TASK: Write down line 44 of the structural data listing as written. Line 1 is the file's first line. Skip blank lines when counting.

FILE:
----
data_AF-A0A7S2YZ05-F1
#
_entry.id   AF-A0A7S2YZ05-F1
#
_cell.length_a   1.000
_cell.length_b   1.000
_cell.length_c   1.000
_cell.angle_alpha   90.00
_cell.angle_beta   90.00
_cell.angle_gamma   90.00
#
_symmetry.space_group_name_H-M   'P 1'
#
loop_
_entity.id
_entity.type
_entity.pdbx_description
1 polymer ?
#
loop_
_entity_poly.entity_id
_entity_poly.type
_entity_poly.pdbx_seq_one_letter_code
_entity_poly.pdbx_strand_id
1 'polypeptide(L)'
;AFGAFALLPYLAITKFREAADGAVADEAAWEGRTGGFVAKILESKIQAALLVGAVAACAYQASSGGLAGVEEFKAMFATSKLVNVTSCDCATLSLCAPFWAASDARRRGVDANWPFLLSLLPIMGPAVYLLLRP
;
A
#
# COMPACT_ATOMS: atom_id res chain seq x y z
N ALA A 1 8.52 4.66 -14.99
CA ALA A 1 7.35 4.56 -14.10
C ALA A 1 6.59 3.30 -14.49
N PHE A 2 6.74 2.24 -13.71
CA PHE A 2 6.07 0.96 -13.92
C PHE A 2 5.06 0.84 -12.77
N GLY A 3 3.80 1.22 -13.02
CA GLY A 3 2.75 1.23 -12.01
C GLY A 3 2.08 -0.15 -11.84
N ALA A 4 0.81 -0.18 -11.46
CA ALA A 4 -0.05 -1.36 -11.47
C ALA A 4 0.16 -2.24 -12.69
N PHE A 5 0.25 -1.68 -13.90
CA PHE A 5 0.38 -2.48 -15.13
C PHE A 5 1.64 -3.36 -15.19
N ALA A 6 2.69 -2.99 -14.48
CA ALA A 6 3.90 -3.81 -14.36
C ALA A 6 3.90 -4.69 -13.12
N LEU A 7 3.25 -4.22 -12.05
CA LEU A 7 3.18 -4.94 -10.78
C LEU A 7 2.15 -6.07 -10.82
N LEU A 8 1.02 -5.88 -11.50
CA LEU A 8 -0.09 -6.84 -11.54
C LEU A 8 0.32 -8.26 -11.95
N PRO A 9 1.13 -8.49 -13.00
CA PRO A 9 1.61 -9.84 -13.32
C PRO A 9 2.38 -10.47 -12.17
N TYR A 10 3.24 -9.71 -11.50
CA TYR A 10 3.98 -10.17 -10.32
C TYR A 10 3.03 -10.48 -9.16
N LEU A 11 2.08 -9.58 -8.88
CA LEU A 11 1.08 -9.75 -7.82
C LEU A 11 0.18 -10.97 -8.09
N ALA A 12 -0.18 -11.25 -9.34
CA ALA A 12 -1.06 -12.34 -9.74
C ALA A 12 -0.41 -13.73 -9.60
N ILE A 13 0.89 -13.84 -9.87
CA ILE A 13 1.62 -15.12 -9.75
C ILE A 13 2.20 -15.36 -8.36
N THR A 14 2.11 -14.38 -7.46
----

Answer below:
CA PHE A 5 0.38 -2.48 -15.13